|Opinion:||Strack v. Continental Resources, 2021 OK 21|
|Subject matter:||Class Action|
|Date Decided:||April 20, 2021|
|Trial Court:||Blaine County (Hladik, J.)|
|Route to this Court:||Cert granted to review Court of Civil Appeals reversal of trial court|
|Facts:||The underlying case is a class action brought on behalf of 33,890 Oklahoma royalty owners for underpayment of oil and gas royalties. After seven years of litigation without a trial, the parties entered into a settlement agreement requiring Continental to pay an estimated $57,500,000 into a common fund and to agree on a going-forward basis to change their deduction practices (changes that would result in an estimated $50,000,000 less in deductions from future royalties). The trial court approved the settlement and also approved attorney’s fees of $19,000,000 (based on a 40% contingency fee agreement entered into with the class representative) and a $400,000 incentive award to the class representatives ($200,000 to each of two class reps). A member of the class (who happens to be a Houston-based class action defense attorney) objected to both the award of attorney’s fees and the incentive award. The Court of Civil Appeals reversed the trial court. The class representatives sought certiorari.|
|Standard of Review:||The reasonableness of attorney’s fee is reviewed for abuse of discretion. The trial court’s interpretation of the class action attorney fee statute is reviewed de novo.|
|Analysis:||Oklahoma’s class action attorney fee statute, 12 O.S.Supp.2017 § 2023(G), does not specify any particular methodology in calculating a fee award. The factors that a court shall consider to assess the reasonableness of attorney’s fees make both the percentage and lodestar methods potentially permissible. Under either methodology, the goal in every case is to arrive at a reasonable fee. Under the right facts, either method can have its shortcomings. In common fund cases such as this one, courts should ensure reasonableness of the fee award by comparing the fee calculated using both methods. |
The fact that the class representatives and the class counsel entered into a 40% contingency fee agreement does not guarantee such a fee award will be reasonable. Due to the significant economies of scale in class action cases, courts frequently reduce the percentage of the common fund awarded as attorney’s fees below that which would be reasonable if awarded in individual litigation. “…40% of the common fund in this case is excessive in comparison to the average percentage–20% to 30%–used in reported cases involving class action litigation.”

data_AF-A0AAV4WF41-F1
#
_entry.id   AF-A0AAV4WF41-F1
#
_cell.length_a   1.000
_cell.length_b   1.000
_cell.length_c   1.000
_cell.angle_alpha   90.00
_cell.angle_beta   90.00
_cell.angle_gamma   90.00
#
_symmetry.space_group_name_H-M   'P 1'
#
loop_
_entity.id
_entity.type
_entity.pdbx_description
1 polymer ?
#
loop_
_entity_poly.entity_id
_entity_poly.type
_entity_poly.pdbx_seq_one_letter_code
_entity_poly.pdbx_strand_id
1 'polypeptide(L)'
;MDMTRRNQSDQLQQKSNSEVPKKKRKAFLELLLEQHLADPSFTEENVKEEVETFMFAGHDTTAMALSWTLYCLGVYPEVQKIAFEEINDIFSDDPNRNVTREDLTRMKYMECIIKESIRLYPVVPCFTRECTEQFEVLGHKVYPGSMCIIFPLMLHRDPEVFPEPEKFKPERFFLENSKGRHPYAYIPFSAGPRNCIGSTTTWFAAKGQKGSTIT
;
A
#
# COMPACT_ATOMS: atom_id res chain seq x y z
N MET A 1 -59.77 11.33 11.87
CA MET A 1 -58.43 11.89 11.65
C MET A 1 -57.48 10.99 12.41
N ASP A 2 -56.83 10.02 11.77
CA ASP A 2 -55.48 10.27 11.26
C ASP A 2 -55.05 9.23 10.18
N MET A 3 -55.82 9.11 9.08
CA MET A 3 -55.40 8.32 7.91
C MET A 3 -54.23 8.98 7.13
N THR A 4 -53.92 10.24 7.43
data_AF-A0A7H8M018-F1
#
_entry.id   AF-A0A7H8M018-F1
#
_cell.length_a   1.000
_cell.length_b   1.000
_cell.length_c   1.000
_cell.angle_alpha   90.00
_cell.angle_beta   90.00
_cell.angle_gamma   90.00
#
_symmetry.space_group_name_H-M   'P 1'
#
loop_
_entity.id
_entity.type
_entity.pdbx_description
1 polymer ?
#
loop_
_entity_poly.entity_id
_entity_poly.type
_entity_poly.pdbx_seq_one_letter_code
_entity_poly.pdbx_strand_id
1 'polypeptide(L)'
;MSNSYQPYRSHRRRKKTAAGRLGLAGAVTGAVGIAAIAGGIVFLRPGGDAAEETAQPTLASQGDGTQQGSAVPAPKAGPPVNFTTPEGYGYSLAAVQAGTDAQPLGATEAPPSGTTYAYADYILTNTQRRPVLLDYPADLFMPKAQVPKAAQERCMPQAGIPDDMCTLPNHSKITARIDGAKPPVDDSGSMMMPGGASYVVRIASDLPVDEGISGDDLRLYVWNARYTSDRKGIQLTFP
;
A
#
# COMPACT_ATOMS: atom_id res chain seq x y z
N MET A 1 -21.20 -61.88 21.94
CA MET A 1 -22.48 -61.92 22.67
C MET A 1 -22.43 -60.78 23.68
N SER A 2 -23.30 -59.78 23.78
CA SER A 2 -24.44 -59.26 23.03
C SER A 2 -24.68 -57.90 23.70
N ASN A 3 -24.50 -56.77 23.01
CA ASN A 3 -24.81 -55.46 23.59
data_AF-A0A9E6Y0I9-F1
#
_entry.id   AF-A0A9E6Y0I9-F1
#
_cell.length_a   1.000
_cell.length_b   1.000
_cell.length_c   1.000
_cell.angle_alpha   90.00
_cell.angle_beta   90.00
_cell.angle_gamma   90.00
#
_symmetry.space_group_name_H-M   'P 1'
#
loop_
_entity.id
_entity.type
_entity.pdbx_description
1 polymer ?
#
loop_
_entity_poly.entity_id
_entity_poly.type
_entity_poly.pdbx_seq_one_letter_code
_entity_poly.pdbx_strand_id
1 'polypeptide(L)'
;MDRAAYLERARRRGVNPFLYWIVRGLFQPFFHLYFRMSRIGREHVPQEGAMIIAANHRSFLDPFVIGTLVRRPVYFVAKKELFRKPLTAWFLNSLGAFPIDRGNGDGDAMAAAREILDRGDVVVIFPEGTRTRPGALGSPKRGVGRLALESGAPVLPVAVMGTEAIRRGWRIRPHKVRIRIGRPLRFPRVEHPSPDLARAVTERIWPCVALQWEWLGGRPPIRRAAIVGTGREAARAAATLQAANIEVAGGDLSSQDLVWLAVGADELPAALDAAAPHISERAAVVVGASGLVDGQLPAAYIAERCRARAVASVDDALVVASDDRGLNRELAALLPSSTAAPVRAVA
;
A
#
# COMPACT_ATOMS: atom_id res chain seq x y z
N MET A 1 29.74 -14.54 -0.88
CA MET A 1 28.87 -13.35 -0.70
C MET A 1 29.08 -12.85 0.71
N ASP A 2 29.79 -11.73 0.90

Under the lodestar method, class counsel’s fee would have amounted to $790 per hour (without enhancement). The trial court did not abuse its discretion in approving this hourly rate. However, the enhanced rate of $2,500 per hour (based on a 317% enhancement) was an abuse of the trial court’s discretion as it was not supported by evidence other than a conclusory statement of class counsel’s expert witness. The Court has rarely permitted a multiplier above 150%.
“We agree that incentive awards are justified as payment for reasonable services rendered by class representatives on behalf of the class that were helpful to the litigation. However, the request for an incentive award must be supported by sufficient evidence in the record.” The record in this case is devoid of any evidence of actual time spent by class representatives on this case.
“Oklahoma’s class action statutory scheme gives courts a liberal framework in calculating and awarding fees, mandating that the award be reasonable. The attorney fee awarded here is unreasonable and an abuse of discretion. Similarly, the district court’s incentive award is an abuse of discretion as it is not supported by evidence.”
|Outcome:||COCA opinion vacated; Trial court reversed and remanded.|
|Vote:||8-0. Opinion by Winchester, J.; Darby, C.J., Kane, V.C.J., Kauger, Edmondson, Combs (by separate writing), Gurich and Rowe, JJ. concur.|
|Other:||The Court also ruled that the district court erred when it denied the objecting class member access to class counsel’s descriptive time records in their entirety.|